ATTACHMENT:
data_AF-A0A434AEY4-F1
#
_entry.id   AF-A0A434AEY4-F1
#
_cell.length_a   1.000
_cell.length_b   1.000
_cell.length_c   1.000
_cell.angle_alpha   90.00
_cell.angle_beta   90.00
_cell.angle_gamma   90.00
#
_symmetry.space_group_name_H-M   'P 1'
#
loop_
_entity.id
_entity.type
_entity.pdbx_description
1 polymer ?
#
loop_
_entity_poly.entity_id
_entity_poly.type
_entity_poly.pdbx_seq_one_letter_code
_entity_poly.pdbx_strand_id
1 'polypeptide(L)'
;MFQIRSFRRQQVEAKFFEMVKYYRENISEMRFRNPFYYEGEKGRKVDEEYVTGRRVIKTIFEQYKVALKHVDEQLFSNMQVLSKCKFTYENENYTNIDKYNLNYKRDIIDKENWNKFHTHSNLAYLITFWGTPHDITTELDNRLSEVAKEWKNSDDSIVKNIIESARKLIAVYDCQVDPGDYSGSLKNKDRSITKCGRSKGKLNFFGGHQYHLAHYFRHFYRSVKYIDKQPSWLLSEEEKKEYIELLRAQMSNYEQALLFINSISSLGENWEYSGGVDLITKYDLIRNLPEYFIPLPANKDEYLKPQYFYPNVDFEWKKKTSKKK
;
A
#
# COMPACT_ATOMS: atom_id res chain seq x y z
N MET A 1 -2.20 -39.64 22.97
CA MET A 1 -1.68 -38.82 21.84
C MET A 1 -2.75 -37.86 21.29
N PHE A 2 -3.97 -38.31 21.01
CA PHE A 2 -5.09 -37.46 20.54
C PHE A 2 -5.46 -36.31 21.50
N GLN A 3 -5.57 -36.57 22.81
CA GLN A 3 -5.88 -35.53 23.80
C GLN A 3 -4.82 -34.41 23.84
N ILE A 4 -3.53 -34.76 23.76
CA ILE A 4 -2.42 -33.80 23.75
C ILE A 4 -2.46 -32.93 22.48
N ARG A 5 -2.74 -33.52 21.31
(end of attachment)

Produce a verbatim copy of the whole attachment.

data_AF-A0A434AEY4-F1
#
_entry.id   AF-A0A434AEY4-F1
#
_cell.length_a   1.000
_cell.length_b   1.000
_cell.length_c   1.000
_cell.angle_alpha   90.00
_cell.angle_beta   90.00
_cell.angle_gamma   90.00
#
_symmetry.space_group_name_H-M   'P 1'
#
loop_
_entity.id
_entity.type
_entity.pdbx_description
1 polymer ?
#
loop_
_entity_poly.entity_id
_entity_poly.type
_entity_poly.pdbx_seq_one_letter_code
_entity_poly.pdbx_strand_id
1 'polypeptide(L)'
;MFQIRSFRRQQVEAKFFEMVKYYRENISEMRFRNPFYYEGEKGRKVDEEYVTGRRVIKTIFEQYKVALKHVDEQLFSNMQVLSKCKFTYENENYTNIDKYNLNYKRDIIDKENWNKFHTHSNLAYLITFWGTPHDITTELDNRLSEVAKEWKNSDDSIVKNIIESARKLIAVYDCQVDPGDYSGSLKNKDRSITKCGRSKGKLNFFGGHQYHLAHYFRHFYRSVKYIDKQPSWLLSEEEKKEYIELLRAQMSNYEQALLFINSISSLGENWEYSGGVDLITKYDLIRNLPEYFIPLPANKDEYLKPQYFYPNVDFEWKKKTSKKK
;
A
#
# COMPACT_ATOMS: atom_id res chain seq x y z
N MET A 1 -2.20 -39.64 22.97
CA MET A 1 -1.68 -38.82 21.84
C MET A 1 -2.75 -37.86 21.29
N PHE A 2 -3.97 -38.31 21.01
CA PHE A 2 -5.09 -37.46 20.54
C PHE A 2 -5.46 -36.31 21.50
N GLN A 3 -5.57 -36.57 22.81
CA GLN A 3 -5.88 -35.53 23.80
C GLN A 3 -4.82 -34.41 23.84
N ILE A 4 -3.53 -34.76 23.76
CA ILE A 4 -2.42 -33.80 23.75
C ILE A 4 -2.46 -32.93 22.48
N ARG A 5 -2.74 -33.52 21.31